Standard Historical Atlas of Mills & Fremont County
Anderson Publishing Company, Chicago 1910
History of Riverton Township
By E. Smith
Five miles from Missouri and sixteen miles from Nebraska, Township 68, Range 41, West of the 5th P. M., with a few acres outside this limit, 5 miles North and South and about 6 miles East and West,
organized from a part of Madison Township in about the year 1870 is Riverton Township.
The pioneers who settled prior to the year of organization have nearly all crossed the “Great Divide” of those coming prior to 1860, the only two now living and upon the land purchased by them in
1859 and continuously their homes since, are Coleman and Isaac Smith, both passed the three quarter century mark. Among those deceased are: D. S. Brown, George Miers, G. B. Murray, William Burge,
E. E. Beasley, William Beasley, W. T. Frazer, M. Swaney, James Lucas, Barney Alken, Robert Buttercase, James McIntosh, John Kelsey, Chauncy Cowles, Richard Barnard, Chas. Barnard, Thomas Thomson,
R. W. Marvin, Julius Winkler.
Dame Nature has graciously smiled and dealt generously with the good people who for the last fifty years have come and gone from the township. No calamities, if so they should be named, have
visited us during the period, except the grasshoppers of 1875, hail storm of 1883, drought of 1894 and the craze of ’96. The former three well nigh wiped all farm crops from the land and the later
much sense from some of its people, but so bountifully have all loss of treasure and brain been restored, that to now say that anyone was not without its blessing would be to impeach the truth as
we see it in the year 1910.
The township is well drained, and part of it at times is well watered. Several small creeks pass through it into the Nishna River, whose east and west branches unite in one fond embrace just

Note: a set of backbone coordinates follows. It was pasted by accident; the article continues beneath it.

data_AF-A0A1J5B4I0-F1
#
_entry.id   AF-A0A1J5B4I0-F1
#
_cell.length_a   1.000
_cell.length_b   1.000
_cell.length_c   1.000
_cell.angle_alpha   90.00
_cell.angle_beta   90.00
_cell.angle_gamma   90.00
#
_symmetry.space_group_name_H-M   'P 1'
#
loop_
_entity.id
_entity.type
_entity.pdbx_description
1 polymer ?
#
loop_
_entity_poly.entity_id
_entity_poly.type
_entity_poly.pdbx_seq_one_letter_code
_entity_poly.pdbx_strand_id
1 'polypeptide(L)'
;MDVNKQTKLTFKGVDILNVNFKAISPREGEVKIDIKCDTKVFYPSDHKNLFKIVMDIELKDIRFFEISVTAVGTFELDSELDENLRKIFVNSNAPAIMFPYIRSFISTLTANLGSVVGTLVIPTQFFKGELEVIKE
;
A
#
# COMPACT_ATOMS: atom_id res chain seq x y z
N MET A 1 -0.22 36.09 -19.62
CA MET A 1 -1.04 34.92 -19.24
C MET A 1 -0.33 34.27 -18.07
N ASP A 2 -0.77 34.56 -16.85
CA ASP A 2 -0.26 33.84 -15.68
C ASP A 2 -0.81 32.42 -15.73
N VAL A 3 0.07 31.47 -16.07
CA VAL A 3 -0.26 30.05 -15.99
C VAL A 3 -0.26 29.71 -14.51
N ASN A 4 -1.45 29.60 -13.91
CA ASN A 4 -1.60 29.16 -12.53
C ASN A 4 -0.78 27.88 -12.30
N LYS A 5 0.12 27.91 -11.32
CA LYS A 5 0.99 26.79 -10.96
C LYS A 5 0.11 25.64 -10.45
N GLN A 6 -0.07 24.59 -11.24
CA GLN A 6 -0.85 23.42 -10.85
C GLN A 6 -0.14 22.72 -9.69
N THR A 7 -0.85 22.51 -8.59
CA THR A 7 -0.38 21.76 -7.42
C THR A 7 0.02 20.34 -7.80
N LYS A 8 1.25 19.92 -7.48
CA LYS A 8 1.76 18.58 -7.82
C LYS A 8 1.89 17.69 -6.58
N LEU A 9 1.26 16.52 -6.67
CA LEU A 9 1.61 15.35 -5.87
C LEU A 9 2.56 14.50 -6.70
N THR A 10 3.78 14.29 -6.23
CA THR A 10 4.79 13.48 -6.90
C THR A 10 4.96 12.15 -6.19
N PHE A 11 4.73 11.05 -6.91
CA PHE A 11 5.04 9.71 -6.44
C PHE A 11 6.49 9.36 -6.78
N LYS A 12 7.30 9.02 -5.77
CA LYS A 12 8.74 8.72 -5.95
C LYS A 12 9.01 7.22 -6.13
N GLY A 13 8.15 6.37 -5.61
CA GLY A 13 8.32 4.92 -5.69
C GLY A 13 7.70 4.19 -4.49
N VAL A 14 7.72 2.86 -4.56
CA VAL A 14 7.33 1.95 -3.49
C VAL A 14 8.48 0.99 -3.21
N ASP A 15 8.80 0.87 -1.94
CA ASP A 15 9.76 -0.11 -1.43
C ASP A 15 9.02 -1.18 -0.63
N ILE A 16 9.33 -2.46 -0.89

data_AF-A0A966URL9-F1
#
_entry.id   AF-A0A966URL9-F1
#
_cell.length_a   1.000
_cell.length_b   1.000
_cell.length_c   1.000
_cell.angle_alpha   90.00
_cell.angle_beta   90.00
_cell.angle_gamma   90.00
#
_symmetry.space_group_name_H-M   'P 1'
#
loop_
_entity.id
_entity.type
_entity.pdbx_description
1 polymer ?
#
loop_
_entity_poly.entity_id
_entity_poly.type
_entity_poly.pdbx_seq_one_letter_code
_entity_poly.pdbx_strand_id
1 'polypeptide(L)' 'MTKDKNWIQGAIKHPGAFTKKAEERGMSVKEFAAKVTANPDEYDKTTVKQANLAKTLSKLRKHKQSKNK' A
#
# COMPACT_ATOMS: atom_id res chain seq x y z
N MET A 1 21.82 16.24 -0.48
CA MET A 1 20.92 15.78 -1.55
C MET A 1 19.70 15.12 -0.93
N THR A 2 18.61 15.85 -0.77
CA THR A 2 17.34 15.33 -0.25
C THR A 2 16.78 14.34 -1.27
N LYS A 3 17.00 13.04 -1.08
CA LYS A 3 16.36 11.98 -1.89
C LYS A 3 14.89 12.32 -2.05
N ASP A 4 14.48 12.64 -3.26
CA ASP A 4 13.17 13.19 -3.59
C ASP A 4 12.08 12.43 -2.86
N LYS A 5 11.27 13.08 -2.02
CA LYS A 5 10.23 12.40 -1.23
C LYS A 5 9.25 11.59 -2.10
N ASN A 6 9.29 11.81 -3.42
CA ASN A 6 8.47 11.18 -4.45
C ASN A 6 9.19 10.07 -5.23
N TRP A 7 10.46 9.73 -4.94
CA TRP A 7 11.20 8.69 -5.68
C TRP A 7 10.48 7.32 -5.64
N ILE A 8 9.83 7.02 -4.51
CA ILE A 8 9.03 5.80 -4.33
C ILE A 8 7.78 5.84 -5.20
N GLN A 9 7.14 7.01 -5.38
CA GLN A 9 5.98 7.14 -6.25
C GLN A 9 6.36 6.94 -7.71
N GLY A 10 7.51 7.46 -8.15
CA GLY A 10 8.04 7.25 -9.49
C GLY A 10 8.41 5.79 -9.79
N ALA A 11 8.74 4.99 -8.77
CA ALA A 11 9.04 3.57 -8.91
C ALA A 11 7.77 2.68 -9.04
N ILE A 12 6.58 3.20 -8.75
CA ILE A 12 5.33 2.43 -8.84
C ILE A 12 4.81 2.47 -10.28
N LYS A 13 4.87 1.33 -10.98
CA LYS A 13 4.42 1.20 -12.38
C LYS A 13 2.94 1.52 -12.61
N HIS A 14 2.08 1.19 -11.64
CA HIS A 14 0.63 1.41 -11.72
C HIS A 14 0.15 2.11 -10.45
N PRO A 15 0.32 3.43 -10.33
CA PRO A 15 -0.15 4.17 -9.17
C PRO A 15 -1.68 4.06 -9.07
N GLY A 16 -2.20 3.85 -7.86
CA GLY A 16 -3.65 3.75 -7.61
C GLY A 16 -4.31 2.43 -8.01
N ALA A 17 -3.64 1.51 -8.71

west of Riverton one mile, but this union, so securely held for centuries,
perhaps is about to be broken by the advent of two straight and narrow ditches which will eventually take all the water from the old channels and again unite about four miles further down the
stream and much nearer the Big Muddy. This chastisement comes from the irregularities of the lives of the rivers, so crooked have they been in their actions and so uncontrollable in the day and
so much out at nights, sometimes all over the new lands, that their conduct is to be changed, and hereafter an endeavor will be made to confine them as near as may be in the straight and narrow
paths which will lead the water more quickly away.
The financial condition of the township is the best; no debts that can be measured in dollars and cents against the township, the town or school districts within its boundries; we lead in
the good roads problem, more cement culverts in the township and more cement and brick crossings and side walks in the town of same name than in any township in Iowa, for the number of people
within its confines, about 1,300.
Transcribed by Cay Merryman